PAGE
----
Household debt rises as consumer housing sentiment drops
Total household debt in the first quarter of 2022 rose by $266 billion (1.7%) to $15.84 trillion, according to the Federal Reserve Bank of New York’s Center for Microeconomic Data’s newly issued Quarterly Report on Household Debt and Credit. Balances now stand $1.7 trillion higher than at the end of 2019, prior to the pandemic.
The report attributes this steep upshot primarily due to mortgage and auto balance increases. Mortgage balances rose by $250 billion and stood at $11.18 trillion at the end of March. However, credit card balances declined by $15 billion, a seasonal trend typically seen at the beginning of the year.
Auto loan balances increased by $11 billion during the first quarter, while student loan balances increased by $14 billion and now stand at $1.59 trillion. Although mortgage originations were at $859 billion, representing a decline from the high volumes seen during 2021, totals were still $197 billion higher than in the first quarter of 2020, pre-pandemic.
“The first quarter of 2022 saw an increase in mortgage and auto loan balances coupled with a typical seasonal decrease in credit card balances,” said Andrew Haughwout, Director of Household and Public Policy Research at the New York Fed. “However, mortgage originations declined from the historically high volumes seen in 2021, reflecting an unwinding in the demand for refinances.”
Conversely, as mortgage balances increased, consumer sentiment toward housing dropped 4.7 percentage points to 68.5 in April, its lowest level since May 2020, according to Fannie Mae’s Home Purchase Sentiment Index (HPSI), which examines six consumer housing sentiment categories.
Consumers expressed raised concerns about housing affordability and rising mortgage rates with 76% of survey respondents indicating that they believed now is a bad time to buy a home, while 73% expect mortgage rates to continue climb over the next 12 months – both responses were survey highs according to Fannie Mae.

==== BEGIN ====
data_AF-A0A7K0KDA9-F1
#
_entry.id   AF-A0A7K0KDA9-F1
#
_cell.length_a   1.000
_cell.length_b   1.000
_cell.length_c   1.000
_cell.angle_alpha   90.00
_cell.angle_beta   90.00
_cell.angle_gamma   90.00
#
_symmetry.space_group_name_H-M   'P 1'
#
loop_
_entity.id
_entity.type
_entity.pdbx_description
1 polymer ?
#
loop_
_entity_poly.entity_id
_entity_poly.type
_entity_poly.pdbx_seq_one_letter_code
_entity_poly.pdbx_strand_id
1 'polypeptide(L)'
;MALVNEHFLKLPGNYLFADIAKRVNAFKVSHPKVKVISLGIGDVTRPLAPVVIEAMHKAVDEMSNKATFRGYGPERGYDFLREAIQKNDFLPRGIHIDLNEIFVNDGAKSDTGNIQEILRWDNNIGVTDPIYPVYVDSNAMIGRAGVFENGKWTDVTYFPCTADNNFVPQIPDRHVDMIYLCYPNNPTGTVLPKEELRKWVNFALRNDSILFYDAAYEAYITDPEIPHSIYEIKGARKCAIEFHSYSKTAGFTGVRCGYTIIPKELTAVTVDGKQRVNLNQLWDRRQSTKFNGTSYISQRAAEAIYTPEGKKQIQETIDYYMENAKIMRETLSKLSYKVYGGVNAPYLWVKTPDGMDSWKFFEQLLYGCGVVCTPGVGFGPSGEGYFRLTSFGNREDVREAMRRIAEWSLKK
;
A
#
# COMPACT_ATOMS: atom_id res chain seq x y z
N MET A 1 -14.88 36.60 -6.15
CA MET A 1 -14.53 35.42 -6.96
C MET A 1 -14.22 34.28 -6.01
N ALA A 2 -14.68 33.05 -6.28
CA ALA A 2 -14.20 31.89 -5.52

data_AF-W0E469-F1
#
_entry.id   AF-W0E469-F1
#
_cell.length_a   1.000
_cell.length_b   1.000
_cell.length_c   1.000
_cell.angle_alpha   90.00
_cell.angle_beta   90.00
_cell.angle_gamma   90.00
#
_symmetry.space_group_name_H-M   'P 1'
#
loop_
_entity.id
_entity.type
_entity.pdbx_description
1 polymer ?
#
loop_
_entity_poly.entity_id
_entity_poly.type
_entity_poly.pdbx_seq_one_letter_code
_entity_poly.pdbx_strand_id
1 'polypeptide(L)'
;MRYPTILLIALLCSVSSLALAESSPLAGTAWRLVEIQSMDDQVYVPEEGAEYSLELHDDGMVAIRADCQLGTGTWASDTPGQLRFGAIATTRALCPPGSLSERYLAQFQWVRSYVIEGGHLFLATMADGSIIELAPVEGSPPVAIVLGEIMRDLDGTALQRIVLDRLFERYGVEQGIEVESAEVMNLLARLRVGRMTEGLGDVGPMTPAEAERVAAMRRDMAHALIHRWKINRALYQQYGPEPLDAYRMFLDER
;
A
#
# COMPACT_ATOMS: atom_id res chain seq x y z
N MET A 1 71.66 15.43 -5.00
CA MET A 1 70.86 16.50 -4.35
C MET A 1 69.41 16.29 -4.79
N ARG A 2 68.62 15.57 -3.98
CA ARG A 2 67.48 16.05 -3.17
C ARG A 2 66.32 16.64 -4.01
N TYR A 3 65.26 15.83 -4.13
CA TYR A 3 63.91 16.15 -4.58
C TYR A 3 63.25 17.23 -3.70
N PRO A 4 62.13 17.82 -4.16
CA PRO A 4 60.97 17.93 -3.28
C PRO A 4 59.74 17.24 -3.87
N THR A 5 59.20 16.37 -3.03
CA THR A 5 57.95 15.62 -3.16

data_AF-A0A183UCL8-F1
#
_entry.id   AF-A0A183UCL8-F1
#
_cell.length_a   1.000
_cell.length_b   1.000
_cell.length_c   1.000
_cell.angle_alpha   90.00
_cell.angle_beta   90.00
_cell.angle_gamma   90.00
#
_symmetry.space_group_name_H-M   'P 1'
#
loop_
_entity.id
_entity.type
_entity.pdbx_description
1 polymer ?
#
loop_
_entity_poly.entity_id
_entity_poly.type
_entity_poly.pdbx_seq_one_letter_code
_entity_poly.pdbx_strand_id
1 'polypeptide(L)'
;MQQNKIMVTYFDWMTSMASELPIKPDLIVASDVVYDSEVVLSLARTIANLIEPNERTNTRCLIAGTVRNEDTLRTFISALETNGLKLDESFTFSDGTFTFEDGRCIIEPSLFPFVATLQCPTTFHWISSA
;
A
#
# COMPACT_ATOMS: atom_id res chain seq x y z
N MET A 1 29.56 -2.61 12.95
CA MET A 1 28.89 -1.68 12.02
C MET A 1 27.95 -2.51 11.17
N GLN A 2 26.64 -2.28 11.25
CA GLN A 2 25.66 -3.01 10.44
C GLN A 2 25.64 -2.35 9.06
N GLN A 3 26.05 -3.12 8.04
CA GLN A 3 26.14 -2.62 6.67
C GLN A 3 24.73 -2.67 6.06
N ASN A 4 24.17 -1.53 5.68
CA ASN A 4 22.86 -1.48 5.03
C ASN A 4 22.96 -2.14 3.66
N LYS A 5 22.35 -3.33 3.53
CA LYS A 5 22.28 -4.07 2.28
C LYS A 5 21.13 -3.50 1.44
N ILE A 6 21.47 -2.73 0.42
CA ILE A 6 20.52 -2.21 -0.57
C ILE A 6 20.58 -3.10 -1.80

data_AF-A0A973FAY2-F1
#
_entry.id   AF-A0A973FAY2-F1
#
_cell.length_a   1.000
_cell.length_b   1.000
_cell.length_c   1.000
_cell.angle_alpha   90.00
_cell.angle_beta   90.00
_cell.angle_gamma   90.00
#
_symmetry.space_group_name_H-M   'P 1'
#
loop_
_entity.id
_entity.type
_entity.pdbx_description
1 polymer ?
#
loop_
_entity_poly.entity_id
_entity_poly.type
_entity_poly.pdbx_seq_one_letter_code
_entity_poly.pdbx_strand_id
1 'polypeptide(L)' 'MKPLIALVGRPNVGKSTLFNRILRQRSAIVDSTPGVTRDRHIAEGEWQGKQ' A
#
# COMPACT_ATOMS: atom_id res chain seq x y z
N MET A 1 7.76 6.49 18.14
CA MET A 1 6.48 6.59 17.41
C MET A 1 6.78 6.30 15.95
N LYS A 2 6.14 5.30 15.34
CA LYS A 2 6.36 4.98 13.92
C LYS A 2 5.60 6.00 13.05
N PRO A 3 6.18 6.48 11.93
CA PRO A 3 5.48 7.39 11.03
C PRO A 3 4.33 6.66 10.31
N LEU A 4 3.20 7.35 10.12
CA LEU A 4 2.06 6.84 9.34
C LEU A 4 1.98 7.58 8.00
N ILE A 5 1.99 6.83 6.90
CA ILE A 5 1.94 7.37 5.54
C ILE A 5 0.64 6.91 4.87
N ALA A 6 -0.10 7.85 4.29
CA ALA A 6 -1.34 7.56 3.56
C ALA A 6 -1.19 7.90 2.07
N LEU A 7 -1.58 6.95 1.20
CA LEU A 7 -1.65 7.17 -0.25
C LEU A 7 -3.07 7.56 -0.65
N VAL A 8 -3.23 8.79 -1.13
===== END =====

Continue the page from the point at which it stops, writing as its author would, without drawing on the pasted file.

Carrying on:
“In April, the HPSI fell to its lowest level since the first few months of the pandemic, as consumers continue to report difficult homebuying conditions amid the budget-tightening constraints of inflation, higher mortgage rates, and high home price appreciation,” said Doug Duncan, Fannie Mae Senior Vice President and Chief Economist. “The current lack of entry-level supply and the rapid uptick in mortgage rates appear to be adversely impacting potential first-time homebuyers in particular, evidenced by the larger share of younger respondents (aged 18- to 34) reporting that it’s a ‘bad time to buy a home.’"
HPSI respondents who said they were not concerned about job loss in the next 12 months decreased from 86% to 84% while those who said their household income is significantly lower increased from 13% to 14%.
NAFCU continues to monitor the state of the housing market to ensure credit unions and their members are up to date on the latest mortgage trends. Stay tuned to NAFCU Today and access the latest data analysis through the association’s Macro Data Flash reports.
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